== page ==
Sean Casey and the History of the Reds 1st baseman.
I posted this on redlegnation last month, as Casey rumors circulate I thought it might be good to bring it back up over here.
Look at what's happened to me,
I can't believe it myself.
Suddenly I'm up on top of the world,
It should've been somebody else.
Sean Casey Reds first baseman is not a power hitter or a patient man willing to take a walk, but a man who can hit .305 with 45 doubles, while driving in and scoring 90 runs.
Or so the story goes, Casey has actually had 40 doubles three times and 100 RBI's and 90 runs scored twice. His highest home runs total was 25 in 1999 and his 24 last year was his second highest in 6 seasons.
If you're a Reds fan then all this sounds like a broken record to you most likely.
But really... how familiar is the batting average first sacker with no speed and little power in Cincinnati Reds history?
Below is a table that ranks Runs Created vs. The league numbers of the 1b position for the original 8 National League
The Avg, BB, SLG and BPA (Bases per Plate Appearance) are all vs. the league average as well.
Who are these first sackers that come to Cincinnati, refusing to take a walk, hitting for average and are they leaving a suit that only fit Ralph Hinckley?
Here are the top 12 Reds 1st basemen ranked by Plate Appearances
After Beckley faded into the sunset, a few years passed before the position was seized by Dick Hoblizell (Doc due to his Dental Degree) his 850 games as a Red left an offensive imprint of .283/.339/.388/.727, a typical deadball era line, Hoblitzell was well known for his fielding in an era that the bunt was prominent it was important for the corner men to be adapt at working the bunt and the ensuing plays it generally created. He was slick gloveman who lost his batting skills during the 1914 season.
For five more seasons the suit sat in the corner (most likely hiding from Hal Chase)
The next man to find the suit was Former Brooklyn great Jake Daubert.
A former batting champ and a lifetime .300 hitter Daubert was known for his superb bunting skills and once had 6 sacrifices in a doubleheader, he bunted so much that in the list of top ten sac bunts by a 1b is basically the property of Daubert.
Daubert manned the Reds 1st base position until he was 40, it was after he left that the Reds had their hardest time filling the position.
Between 1925-1936 three Reds 1st baseman managed to get at least 1300 at bats, however none played above average baseball and all were on the down slope of careers that knew much better days. They were (starting in 1925), Wally Pipp (sans headache), George Kelly and Jim Bottomley, all three OPS'd below league average and were out of the game shortly after leaving the Reds. The depression era Reds were a poor team and their recycled lineup of used to be's highlighted that daily and nightly.
In 1938 Frank McCormick arrived for good, perhaps the suit fit him the best so far.
If Sean Casey has a Reds doppelganger then McCormick is the man in that mirror. The 1940 MVP and NL hit leader from 1938-1940 McCormick was the most popular player as far as the fans in Cincinnati were concerned and was amongst the first inducted in the Reds Hall of Fame in 1958.
A batting average driven player McCormick rarely walked and struck even less. His first 3000 at bats as a Red compared with Casey’s (3488 ab's) are eerily similar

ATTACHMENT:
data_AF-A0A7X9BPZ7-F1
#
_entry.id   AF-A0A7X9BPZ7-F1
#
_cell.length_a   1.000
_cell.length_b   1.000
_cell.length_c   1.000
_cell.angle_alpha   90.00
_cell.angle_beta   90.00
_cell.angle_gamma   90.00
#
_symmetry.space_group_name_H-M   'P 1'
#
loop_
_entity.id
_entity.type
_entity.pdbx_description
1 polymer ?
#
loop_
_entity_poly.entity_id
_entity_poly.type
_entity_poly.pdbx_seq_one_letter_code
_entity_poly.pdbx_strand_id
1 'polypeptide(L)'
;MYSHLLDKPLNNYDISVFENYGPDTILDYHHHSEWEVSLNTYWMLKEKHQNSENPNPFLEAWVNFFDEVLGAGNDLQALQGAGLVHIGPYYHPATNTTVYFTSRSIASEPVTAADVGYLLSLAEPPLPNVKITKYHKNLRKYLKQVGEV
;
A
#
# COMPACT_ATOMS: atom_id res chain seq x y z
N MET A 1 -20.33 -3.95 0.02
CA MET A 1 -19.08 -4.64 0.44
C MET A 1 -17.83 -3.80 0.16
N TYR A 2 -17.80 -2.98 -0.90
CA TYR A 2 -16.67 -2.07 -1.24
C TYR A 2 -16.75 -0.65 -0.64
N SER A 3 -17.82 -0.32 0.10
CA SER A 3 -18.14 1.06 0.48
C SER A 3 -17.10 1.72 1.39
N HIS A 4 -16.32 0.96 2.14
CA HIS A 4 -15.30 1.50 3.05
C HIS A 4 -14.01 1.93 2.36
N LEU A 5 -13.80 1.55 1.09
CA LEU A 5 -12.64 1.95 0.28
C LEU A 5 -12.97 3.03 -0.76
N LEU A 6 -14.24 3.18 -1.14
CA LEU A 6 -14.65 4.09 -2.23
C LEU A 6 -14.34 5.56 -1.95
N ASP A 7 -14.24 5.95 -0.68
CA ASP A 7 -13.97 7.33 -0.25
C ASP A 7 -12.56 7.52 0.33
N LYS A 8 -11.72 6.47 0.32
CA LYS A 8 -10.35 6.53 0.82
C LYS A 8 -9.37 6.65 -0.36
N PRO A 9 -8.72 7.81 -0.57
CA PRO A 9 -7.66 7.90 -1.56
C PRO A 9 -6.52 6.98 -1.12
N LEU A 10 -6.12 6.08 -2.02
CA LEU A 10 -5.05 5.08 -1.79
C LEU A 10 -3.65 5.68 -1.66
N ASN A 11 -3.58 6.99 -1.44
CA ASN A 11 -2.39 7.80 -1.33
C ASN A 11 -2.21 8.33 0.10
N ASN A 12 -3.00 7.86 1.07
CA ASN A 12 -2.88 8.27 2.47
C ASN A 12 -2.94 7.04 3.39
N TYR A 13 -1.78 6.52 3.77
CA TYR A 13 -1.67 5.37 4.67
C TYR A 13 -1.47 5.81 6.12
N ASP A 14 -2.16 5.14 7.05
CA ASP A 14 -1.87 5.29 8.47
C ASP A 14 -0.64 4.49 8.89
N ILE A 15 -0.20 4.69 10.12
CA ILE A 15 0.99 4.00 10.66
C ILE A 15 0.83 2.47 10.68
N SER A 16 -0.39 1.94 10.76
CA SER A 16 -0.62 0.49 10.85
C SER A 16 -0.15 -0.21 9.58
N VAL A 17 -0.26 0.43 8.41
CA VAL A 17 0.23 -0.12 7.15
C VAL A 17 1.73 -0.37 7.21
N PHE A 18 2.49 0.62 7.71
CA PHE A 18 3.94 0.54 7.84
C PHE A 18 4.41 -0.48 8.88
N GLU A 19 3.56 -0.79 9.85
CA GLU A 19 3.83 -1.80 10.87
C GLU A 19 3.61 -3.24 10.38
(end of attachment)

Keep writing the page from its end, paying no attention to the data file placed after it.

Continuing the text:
In the fifties Ted Klusewski showed up, a massive man with power <em>and</em> batting average skills came to town. Klu is the Reds greatest offensive 1st baseman. Listed behind Beckley (who played half his games in the 1890's) Klusewski was a masher in an era of mashers. No suit could fit that man and he sliced the sleeves off the ones he was issued by the club.
After Ted left town with his battered back, Gordy Coleman showed up to try on the suit and managed to play 1st in the manner that it has always been handled, low walks, low strikeouts and occasional grace in the field.
The only problem is was that Gordy Coleman wasn't a .300 hitter like his predecessors and by the age of 31 he was out of the game; he must have lost the instruction manual to the suit earlier than most
After Gordy left the most successful era in the Reds history began.
It was during this era that the Reds had 1st basemen that were nothing like the standard 1st baseman that had played on the West Side since Vine Street was flush with German Beer Halls and nickle steins.
Of course I'm talking about the Big Red Machine and Lee May and Tony Perez.
I won't bore you with the usual details but I will point out the following, both may and Perez are in the top ten of Reds 1st baseman in RC/27 vs. the league.
Driessen was like many prior Red 1st sackers, he hit for average and didn't strike more than most, but the man could take a walk like no other Reds 1st baseman and even today he leads all Reds 1st baseman in walks by a wide margin. (200)
The Reds acquired Hal Morris in 1990 and fitting into the suit (though somewhat baggy) he fulfilled his duty and he finished his career at .304/.361/.433/.794.
As sure the oroboros bites its tale this piece comes to an end with the swap of Dave Burba for Pittsburgh native Sean Casey in the spring of 1997. A bat on the ball player, Casey doesn't live by power or strike out (or walk much)
It's my guess that in the eyes of the owners that the suit fits still.
But it could get tight sooner than later.
Food for thought.
The Reds and Braves are the only teams of the orginal 8 National League teams to NOT have a 1st baseman who ever averaged 2 runs better than the league in his career.
Re: Sean Casey and the History of the Reds 1st baseman.
Excellent article! Have you written similar articles for each of the other positions?
Re: Sean Casey and the History of the Reds 1st baseman.
Thanks, so far just this one, and the above.
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